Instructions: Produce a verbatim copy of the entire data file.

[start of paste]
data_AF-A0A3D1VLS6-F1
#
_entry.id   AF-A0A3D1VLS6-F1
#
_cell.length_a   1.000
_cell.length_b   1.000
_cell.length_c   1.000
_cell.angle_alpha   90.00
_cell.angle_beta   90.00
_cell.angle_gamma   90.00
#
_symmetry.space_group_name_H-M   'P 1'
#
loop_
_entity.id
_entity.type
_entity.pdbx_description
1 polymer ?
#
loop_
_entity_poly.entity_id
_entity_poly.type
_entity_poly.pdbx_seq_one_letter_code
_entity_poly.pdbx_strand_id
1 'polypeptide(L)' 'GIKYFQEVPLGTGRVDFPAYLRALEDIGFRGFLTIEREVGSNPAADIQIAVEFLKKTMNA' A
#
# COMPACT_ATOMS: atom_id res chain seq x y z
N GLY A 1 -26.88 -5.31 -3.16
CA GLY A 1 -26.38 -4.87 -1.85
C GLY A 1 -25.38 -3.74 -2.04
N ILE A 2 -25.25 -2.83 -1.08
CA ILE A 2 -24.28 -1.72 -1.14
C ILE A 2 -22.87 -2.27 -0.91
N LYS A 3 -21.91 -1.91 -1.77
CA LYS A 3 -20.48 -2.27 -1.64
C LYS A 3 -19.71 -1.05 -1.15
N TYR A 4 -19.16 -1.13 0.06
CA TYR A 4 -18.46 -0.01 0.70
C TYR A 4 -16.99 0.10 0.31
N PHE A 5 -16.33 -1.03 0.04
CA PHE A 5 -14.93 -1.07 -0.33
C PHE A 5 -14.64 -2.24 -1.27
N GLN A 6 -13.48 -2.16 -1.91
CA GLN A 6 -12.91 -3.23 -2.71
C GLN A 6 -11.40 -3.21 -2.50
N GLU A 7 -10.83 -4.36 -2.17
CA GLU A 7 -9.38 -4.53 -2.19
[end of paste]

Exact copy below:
data_AF-A0A3D1VLS6-F1
#
_entry.id   AF-A0A3D1VLS6-F1
#
_cell.length_a   1.000
_cell.length_b   1.000
_cell.length_c   1.000
_cell.angle_alpha   90.00
_cell.angle_beta   90.00
_cell.angle_gamma   90.00
#
_symmetry.space_group_name_H-M   'P 1'
#
loop_
_entity.id
_entity.type
_entity.pdbx_description
1 polymer ?
#
loop_
_entity_poly.entity_id
_entity_poly.type
_entity_poly.pdbx_seq_one_letter_code
_entity_poly.pdbx_strand_id
1 'polypeptide(L)' 'GIKYFQEVPLGTGRVDFPAYLRALEDIGFRGFLTIEREVGSNPAADIQIAVEFLKKTMNA' A
#
# COMPACT_ATOMS: atom_id res chain seq x y z
N GLY A 1 -26.88 -5.31 -3.16
CA GLY A 1 -26.38 -4.87 -1.85
C GLY A 1 -25.38 -3.74 -2.04
N ILE A 2 -25.25 -2.83 -1.08
CA ILE A 2 -24.28 -1.72 -1.14
C ILE A 2 -22.87 -2.27 -0.91
N LYS A 3 -21.91 -1.91 -1.77
CA LYS A 3 -20.48 -2.27 -1.64
C LYS A 3 -19.71 -1.05 -1.15
N TYR A 4 -19.16 -1.13 0.06
CA TYR A 4 -18.46 -0.01 0.70
C TYR A 4 -16.99 0.10 0.31
N PHE A 5 -16.33 -1.03 0.04
CA PHE A 5 -14.93 -1.07 -0.33
C PHE A 5 -14.64 -2.24 -1.27
N GLN A 6 -13.48 -2.16 -1.91
CA GLN A 6 -12.91 -3.23 -2.71
C GLN A 6 -11.40 -3.21 -2.50
N GLU A 7 -10.83 -4.36 -2.17
CA GLU A 7 -9.38 -4.53 -2.19